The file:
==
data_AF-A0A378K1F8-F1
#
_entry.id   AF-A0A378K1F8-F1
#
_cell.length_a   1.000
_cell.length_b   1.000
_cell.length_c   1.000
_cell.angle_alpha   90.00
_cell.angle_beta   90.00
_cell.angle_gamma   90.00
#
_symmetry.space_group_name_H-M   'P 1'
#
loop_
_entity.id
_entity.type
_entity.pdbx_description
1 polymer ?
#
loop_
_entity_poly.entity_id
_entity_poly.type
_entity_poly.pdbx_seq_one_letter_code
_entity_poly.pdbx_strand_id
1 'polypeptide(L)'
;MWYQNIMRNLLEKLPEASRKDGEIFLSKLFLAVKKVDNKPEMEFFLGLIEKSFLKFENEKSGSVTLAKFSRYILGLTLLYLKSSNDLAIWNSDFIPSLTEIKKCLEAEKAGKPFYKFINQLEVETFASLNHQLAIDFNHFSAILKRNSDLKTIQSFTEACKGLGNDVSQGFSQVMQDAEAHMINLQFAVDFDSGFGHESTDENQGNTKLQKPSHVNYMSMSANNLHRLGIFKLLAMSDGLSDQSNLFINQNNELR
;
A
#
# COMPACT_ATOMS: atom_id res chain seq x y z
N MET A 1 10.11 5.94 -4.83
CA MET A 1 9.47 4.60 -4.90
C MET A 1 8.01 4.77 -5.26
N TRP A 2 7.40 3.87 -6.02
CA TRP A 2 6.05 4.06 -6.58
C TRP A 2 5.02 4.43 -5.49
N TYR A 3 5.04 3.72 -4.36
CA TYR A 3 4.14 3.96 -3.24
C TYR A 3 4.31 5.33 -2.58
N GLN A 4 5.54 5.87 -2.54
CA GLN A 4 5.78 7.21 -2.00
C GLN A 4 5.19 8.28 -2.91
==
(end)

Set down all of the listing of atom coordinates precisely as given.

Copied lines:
data_AF-A0A378K1F8-F1
#
_entry.id   AF-A0A378K1F8-F1
#
_cell.length_a   1.000
_cell.length_b   1.000
_cell.length_c   1.000
_cell.angle_alpha   90.00
_cell.angle_beta   90.00
_cell.angle_gamma   90.00
#
_symmetry.space_group_name_H-M   'P 1'
#
loop_
_entity.id
_entity.type
_entity.pdbx_description
1 polymer ?
#
loop_
_entity_poly.entity_id
_entity_poly.type
_entity_poly.pdbx_seq_one_letter_code
_entity_poly.pdbx_strand_id
1 'polypeptide(L)'
;MWYQNIMRNLLEKLPEASRKDGEIFLSKLFLAVKKVDNKPEMEFFLGLIEKSFLKFENEKSGSVTLAKFSRYILGLTLLYLKSSNDLAIWNSDFIPSLTEIKKCLEAEKAGKPFYKFINQLEVETFASLNHQLAIDFNHFSAILKRNSDLKTIQSFTEACKGLGNDVSQGFSQVMQDAEAHMINLQFAVDFDSGFGHESTDENQGNTKLQKPSHVNYMSMSANNLHRLGIFKLLAMSDGLSDQSNLFINQNNELR
;
A
#
# COMPACT_ATOMS: atom_id res chain seq x y z
N MET A 1 10.11 5.94 -4.83
CA MET A 1 9.47 4.60 -4.90
C MET A 1 8.01 4.77 -5.26
N TRP A 2 7.40 3.87 -6.02
CA TRP A 2 6.05 4.06 -6.58
C TRP A 2 5.02 4.43 -5.49
N TYR A 3 5.04 3.72 -4.36
CA TYR A 3 4.14 3.96 -3.24
C TYR A 3 4.31 5.33 -2.58
N GLN A 4 5.54 5.87 -2.54
CA GLN A 4 5.78 7.21 -2.00
C GLN A 4 5.19 8.28 -2.91